Finally in this session, Sadie Watson from Museum of London Archaeology (MOLA) told us about ‘The Walbrook: recent discoveries from the banks of Roman London’s river‘. Comparisons with Pompeii (see Current Archaeology issue 280) will naturally tend to dull the shine of any discoveries, but the excavations at the Bloomberg site on the banks of the Walbrook have produced a stunning amount of Roman finds. In fact, less than 1% of all the finds there to date are non-Roman! The river banks have provided a good state of presevation, whilst 50 yards away, the gravel offers no chance of preservation at all. the finds included a huge military assemblage: shoes and boots, armour, cavalry gear etc. along with large numbers of fist and phallus amulets. A slideshow showed the breadth of some of the finds to be analysed in full, including a curious decorated leather panel. But the star finds were some wooden writing tablets, including a rare inked tablet, which are very slowly being deciphered. The project has a web site at walbrookdiscovery.wordpress.com.
All too soon it was time for a tea break, before the keynote speech, ‘Archaeology, a very dry field‘ given this year by Dr Francis Pryor, and dedicated to his colleague Mick Aston.
Francis’ talk featured his two favourite subjects; Farming and Flag Fen (and a lot more besides!) He firstly took us quickly through his sheep farming year, then applied what he knew about these farming techniques to interpretation of Bronze Age field systems at Flag Fen. There was a remarkable fit between the two, but he pointed out that you also have to take into account ancient belief systems in order to be able to interpret the site correctly. He believes that intensive farming (up 1000 sheep) went on at Flag Fen, and outlined the possible economic impact on trade this would have led to, with metalwork from very disparate areas having been found there. All in all, a very entertaining talk to round of the first day of the conference – and he even managed to get in a huge plug for his latest venture, an archaeological detective novel!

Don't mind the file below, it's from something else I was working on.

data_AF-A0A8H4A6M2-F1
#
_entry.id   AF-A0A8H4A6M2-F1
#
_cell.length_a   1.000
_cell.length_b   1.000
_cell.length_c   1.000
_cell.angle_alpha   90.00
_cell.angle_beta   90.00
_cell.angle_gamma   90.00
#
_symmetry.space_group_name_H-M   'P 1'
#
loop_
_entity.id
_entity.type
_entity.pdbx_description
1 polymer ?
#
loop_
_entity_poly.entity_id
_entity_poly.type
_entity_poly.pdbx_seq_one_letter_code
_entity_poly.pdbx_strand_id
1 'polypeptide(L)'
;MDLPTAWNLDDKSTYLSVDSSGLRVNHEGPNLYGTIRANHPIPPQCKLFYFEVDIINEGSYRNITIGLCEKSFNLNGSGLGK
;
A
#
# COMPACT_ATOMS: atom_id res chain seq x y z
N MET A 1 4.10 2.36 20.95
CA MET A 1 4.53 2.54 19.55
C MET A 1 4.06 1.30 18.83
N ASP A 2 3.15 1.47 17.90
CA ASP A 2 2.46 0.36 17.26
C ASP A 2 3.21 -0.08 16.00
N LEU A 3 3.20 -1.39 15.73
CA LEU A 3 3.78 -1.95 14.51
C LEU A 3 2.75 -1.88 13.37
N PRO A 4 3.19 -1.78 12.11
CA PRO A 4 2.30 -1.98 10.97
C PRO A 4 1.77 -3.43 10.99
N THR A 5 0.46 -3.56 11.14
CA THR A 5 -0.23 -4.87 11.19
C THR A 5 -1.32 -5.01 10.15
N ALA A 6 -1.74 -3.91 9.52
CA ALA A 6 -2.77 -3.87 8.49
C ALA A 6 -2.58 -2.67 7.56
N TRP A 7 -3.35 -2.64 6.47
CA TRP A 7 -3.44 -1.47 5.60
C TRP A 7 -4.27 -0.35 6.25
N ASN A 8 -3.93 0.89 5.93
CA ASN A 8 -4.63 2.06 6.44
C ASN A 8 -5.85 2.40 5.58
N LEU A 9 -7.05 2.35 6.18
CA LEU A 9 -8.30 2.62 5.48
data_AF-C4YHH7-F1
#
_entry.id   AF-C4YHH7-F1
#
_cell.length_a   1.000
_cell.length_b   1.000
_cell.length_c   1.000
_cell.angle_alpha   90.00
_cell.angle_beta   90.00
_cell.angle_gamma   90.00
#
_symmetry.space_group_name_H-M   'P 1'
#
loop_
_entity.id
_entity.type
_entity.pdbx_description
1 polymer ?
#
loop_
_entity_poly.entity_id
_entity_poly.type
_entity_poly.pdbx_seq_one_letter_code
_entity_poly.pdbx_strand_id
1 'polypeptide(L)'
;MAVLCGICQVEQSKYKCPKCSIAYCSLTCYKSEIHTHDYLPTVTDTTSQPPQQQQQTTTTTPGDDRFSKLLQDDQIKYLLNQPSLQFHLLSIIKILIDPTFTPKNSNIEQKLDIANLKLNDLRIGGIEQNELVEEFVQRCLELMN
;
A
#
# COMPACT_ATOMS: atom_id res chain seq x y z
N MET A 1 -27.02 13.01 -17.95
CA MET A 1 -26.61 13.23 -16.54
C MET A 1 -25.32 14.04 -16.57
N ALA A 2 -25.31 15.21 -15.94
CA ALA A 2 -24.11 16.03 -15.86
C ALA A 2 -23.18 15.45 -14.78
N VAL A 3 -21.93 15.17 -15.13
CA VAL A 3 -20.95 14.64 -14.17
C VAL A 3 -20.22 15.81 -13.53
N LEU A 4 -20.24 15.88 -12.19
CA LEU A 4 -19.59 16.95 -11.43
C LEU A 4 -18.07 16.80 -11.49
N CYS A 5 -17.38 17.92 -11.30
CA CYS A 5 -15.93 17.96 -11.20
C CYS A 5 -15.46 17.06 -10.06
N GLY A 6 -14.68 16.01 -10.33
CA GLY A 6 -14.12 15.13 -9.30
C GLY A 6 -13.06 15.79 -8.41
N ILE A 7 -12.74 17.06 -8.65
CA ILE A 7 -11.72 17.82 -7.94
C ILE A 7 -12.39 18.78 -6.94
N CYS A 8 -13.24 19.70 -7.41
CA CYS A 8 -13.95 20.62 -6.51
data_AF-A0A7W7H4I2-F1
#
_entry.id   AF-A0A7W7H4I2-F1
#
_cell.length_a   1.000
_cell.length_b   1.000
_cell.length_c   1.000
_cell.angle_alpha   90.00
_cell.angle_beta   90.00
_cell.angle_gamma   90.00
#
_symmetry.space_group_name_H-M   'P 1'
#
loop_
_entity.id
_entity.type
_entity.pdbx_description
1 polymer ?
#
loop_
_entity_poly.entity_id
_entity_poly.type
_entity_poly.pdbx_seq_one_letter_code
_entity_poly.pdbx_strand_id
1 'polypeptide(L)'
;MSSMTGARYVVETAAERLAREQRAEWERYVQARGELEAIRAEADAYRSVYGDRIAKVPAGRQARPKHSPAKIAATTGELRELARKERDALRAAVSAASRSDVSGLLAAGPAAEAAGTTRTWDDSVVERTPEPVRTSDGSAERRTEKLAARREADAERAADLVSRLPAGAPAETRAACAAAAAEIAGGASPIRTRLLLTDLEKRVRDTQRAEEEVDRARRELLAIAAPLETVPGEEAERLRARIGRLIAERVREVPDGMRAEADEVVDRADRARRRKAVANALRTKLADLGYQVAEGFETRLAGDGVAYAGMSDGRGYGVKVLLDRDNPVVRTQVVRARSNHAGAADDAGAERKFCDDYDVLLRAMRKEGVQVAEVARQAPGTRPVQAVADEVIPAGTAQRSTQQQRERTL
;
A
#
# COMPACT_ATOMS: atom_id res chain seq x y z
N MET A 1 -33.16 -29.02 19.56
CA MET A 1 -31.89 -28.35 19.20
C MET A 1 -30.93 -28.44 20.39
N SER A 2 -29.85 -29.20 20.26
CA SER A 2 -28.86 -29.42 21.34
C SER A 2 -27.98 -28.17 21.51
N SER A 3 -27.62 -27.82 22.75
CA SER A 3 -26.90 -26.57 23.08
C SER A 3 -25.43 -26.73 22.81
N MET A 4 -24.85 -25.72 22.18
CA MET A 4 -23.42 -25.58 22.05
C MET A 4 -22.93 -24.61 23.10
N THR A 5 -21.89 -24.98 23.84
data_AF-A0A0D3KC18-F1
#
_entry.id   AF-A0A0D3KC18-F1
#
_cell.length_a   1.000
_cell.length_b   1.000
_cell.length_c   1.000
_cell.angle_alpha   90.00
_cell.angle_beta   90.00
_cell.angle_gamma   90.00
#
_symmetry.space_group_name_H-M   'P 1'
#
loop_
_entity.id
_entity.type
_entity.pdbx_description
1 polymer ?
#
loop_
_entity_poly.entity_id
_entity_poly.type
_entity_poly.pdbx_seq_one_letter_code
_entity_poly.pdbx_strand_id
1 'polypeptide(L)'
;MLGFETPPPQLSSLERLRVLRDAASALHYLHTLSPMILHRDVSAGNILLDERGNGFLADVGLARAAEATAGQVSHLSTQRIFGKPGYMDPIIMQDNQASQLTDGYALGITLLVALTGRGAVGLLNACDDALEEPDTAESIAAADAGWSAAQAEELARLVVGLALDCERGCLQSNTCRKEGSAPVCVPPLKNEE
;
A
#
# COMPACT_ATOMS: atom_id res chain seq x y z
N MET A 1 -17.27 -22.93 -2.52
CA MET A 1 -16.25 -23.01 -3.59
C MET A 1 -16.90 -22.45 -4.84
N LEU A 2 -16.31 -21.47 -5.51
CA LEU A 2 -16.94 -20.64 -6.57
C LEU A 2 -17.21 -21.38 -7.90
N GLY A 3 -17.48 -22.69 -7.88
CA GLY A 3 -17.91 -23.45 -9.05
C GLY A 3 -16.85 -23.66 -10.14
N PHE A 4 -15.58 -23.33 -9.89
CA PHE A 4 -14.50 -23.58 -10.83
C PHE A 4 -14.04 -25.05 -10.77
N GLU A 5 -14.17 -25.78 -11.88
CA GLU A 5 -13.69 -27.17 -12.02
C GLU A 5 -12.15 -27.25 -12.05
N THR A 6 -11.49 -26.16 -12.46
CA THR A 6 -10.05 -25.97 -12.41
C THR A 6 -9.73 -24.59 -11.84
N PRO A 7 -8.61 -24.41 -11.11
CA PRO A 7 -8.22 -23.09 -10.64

Following the Keynote speech we moved across the corridor once again for a drinks reception, entertainment by a brass quintet of HM Guards musicians playing a selection of pieces with a WW1 theme, and the awards ceremony. The Current Archaeology Awards are special in that all the winners are voted for by the readership, from a shortlist of possible candidates in each category.
This year’s winners (with hearty congratulations to them all) were announced by Julian Richards, as follows:
- Book of the year: Julian Bowsher, Shakespeare’s London Theatreland
- Research Project of the Year: Return to Star Carr
- Rescue Dig of the Year: Sands of Time: Links of Notland
- Archaeologist of the Year: Richard Buckley
And so ended the first day, though many stayed for more drinks, and I believe a restaurant meal was arranged for the more hardy souls. But I had a commute to face in order to be bright-eyed and bushy tailed for the following day.
More to come…